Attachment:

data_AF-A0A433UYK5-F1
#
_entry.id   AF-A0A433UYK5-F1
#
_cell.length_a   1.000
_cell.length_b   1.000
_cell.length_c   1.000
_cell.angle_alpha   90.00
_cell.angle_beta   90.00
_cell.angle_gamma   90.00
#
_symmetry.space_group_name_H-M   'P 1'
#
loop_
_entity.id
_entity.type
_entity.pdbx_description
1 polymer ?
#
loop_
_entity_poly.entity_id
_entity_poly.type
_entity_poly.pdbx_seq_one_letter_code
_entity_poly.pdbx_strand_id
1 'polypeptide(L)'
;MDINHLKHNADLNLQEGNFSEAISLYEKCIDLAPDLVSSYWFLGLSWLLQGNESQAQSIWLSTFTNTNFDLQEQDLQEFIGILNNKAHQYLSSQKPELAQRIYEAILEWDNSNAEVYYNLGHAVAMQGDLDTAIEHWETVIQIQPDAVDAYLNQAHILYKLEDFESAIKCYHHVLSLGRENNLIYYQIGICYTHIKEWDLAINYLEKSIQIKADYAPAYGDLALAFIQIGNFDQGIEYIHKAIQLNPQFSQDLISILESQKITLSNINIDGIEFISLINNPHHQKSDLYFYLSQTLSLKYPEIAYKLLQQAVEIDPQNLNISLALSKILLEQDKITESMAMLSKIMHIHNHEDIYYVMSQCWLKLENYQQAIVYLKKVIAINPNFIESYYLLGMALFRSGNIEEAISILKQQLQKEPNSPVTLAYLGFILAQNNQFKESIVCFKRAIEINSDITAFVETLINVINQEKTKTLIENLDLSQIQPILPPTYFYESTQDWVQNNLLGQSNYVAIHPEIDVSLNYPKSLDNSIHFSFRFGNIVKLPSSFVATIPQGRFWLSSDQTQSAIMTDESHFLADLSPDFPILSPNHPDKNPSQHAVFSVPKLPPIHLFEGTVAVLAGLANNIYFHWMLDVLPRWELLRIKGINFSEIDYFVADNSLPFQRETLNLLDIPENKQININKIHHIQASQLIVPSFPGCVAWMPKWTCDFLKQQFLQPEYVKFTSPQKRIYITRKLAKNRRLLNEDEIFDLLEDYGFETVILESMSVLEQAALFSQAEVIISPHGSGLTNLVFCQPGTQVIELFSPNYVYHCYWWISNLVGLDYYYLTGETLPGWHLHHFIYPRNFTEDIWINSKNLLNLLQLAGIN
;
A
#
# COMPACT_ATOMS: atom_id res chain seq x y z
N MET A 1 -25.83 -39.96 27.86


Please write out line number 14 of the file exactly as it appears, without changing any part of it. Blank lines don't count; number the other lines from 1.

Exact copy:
loop_